Ruhr valley on the right path to greener mobility
By transforming former industrial land and investing in green infrastructure, an EU-funded project in Germany’s Ruhr region has demonstrated how industrial heritage can be adapted to suit the environmental and economic needs and concerns of the 21st century.
" Continuous cooperation between local administrations within the Ruhr region has been crucial to this project’s success. City partnerships mean that local knowledge and resources can be shared. "
Industrial regions throughout Europe are reinventing themselves as attractive places to live and work, where sustainability actively contributes to a high quality of life. The ongoing transformation of the Ruhr region in Germany is an excellent example of this. The integrated strategy will boost environmentally-friendly mobility within the Ruhr region and help connect potential new sectors of economic and sustainable growth.
Thanks to the Alley of Change project, which received EUR 4 890 003 through the European Regional Development Fund (ERDF), a former mining railway track has been transformed into a 10 km bicycle lane. An app for the Alley of Change project was created by a local start-up company with the help of secondary school pupils. The app provides information along the lane, explains urban transformation, the change from coal to renewable energies and aims to encourage young people to protect nature.
The Alley of Change is a key element of the integrated strategy “Green Infrastructure Ruhr" in which local and regional blue-green infrastructures are combined with green urbanism, a network of bicycle lanes (for low emission mobility) and with local initiatives for climate protection and adaptation.
Cities within the Ruhr region have cooperated for years on projects to boost economic renewal and structural development. The project makes a valuable contribution to the region’s Emscher Landscape Park (ELP) which is situated at the heart of an agglomeration of around 20 cities. The ELP acts as a platform for integrating green development projects and connecting urban centres, for example the new bike lane links the nearby cities of Recklinghausen and Gelsenkirchen.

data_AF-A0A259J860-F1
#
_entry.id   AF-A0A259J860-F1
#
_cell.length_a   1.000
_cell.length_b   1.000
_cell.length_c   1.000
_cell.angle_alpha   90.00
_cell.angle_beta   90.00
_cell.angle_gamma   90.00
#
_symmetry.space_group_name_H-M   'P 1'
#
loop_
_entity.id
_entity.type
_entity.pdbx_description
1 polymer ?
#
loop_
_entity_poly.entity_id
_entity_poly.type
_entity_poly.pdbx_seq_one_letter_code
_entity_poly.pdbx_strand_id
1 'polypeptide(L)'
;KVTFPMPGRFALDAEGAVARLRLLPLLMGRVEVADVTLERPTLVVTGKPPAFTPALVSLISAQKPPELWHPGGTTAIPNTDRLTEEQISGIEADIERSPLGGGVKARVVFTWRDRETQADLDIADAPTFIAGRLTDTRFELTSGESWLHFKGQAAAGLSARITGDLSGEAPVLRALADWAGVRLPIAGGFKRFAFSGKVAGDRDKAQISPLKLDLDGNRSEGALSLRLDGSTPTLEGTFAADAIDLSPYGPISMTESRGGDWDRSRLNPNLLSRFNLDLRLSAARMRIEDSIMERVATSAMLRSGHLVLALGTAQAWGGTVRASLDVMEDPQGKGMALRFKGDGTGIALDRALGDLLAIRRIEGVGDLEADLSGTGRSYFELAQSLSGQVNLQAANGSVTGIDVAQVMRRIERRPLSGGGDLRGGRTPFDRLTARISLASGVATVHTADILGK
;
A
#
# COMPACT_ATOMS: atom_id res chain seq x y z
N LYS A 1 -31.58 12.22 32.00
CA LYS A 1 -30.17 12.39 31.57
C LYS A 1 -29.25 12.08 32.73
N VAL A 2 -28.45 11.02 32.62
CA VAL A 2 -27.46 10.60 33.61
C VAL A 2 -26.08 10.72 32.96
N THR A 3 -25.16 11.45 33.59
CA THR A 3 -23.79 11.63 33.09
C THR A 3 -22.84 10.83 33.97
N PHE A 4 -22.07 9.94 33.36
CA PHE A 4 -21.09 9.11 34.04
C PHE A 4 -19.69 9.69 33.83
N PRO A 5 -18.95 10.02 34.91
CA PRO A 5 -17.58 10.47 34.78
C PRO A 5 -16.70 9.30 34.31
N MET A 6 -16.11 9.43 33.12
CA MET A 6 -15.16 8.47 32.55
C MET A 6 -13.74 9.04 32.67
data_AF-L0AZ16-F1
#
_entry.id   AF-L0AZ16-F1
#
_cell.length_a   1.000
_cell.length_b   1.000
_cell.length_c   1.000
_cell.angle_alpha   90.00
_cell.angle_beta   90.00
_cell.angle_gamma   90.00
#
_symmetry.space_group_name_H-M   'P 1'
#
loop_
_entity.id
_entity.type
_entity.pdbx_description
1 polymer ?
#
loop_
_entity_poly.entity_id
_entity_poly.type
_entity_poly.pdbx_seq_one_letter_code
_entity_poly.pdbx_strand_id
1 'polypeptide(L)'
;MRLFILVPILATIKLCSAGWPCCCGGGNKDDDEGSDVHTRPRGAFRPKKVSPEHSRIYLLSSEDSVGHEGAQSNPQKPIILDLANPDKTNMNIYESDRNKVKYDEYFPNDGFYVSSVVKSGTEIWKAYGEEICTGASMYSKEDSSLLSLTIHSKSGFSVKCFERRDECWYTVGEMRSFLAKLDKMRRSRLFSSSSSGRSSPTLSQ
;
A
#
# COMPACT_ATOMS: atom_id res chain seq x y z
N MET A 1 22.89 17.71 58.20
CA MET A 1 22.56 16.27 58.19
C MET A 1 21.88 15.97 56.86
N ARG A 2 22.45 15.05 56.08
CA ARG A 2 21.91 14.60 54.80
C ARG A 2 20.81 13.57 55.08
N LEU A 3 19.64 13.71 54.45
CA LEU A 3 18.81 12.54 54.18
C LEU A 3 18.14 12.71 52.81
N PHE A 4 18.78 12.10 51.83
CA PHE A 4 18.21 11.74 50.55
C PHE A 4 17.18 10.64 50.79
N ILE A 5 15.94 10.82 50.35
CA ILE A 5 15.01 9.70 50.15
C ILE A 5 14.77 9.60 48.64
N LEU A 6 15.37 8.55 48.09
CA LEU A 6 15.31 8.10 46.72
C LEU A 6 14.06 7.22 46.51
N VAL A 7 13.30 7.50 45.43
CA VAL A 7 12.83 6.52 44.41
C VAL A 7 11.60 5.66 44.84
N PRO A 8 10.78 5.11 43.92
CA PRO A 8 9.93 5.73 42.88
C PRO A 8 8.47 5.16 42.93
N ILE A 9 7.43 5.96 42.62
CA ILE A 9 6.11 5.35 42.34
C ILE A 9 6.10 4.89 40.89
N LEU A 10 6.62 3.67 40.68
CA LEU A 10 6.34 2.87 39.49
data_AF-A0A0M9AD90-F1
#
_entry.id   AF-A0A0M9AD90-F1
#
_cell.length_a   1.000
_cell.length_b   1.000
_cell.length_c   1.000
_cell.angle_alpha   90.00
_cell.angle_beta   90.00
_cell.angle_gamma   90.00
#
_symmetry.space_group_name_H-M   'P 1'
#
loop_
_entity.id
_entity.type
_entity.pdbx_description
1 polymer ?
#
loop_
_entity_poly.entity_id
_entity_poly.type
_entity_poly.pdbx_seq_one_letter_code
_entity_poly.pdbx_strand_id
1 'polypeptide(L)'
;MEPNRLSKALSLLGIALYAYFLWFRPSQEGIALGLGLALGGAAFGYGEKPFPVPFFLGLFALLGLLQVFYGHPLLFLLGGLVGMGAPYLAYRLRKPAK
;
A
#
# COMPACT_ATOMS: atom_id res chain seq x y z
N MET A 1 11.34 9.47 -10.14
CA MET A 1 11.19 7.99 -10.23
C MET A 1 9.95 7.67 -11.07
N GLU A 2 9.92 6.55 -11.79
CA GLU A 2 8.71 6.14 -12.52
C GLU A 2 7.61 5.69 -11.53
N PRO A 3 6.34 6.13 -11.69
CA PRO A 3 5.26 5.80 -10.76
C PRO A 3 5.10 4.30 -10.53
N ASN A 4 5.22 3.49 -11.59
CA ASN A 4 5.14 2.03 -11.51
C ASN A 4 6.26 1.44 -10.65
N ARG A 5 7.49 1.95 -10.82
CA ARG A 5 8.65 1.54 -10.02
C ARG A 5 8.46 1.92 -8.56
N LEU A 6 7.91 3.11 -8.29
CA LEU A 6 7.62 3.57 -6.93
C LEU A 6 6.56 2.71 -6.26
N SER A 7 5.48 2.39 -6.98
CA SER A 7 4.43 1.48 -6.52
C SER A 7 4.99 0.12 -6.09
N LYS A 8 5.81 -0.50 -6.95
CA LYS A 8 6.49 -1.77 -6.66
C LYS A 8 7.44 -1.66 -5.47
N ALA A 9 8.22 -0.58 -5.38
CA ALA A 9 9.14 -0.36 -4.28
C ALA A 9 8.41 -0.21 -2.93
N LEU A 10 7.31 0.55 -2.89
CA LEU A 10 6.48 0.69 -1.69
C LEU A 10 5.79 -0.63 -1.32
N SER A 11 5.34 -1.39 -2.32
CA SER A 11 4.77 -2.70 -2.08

Indeed, the project is a good case study illustrating effective cooperation at the municipal level. The cities of Herten and Gelsenkirchen have worked together with their utilities on green district heating based on mine-gas and solar-thermal panels. By working together, both cities aim to be part of the greenest metropolitan agglomeration in Europe.
On the path to change
The Alley of Change project has demonstrated how integrated development can directly benefit citizens. One result has been the “New Mine Westerholt” masterplan which was the outcome of a competition of international planners and architects and aims to redevelop the whole former coal mining site between Herten and Gelsenkirchen.
Another practical example of the attraction of the new bike lane is the planned location of a new railway station in Herten. Some 40 years after the closure of the former railway station, a decision has been made to open a new station by 2019, linking up with the Alley of Change and New Mine Westerholt.
Total investment and EU funding
Total investment for the project “Alley of Change – Allee des Wandels – Green Infrastructure for Sustainable Urban Development” is EUR 9 780 006, with the EU’s European Regional Development Fund contributing EUR 4 890 003 through the “North Rhine-Westphalia” Operational Programme for the 2007-2013 programming period.
FundEuropean Regional Development Fund
Operational programmeOperational Programme 'North Rhine-Westphalia'
Project duration12/2008 - 12/2015
Total InvestmentEUR 9 780 006
EU InvestmentEUR 4 890 003
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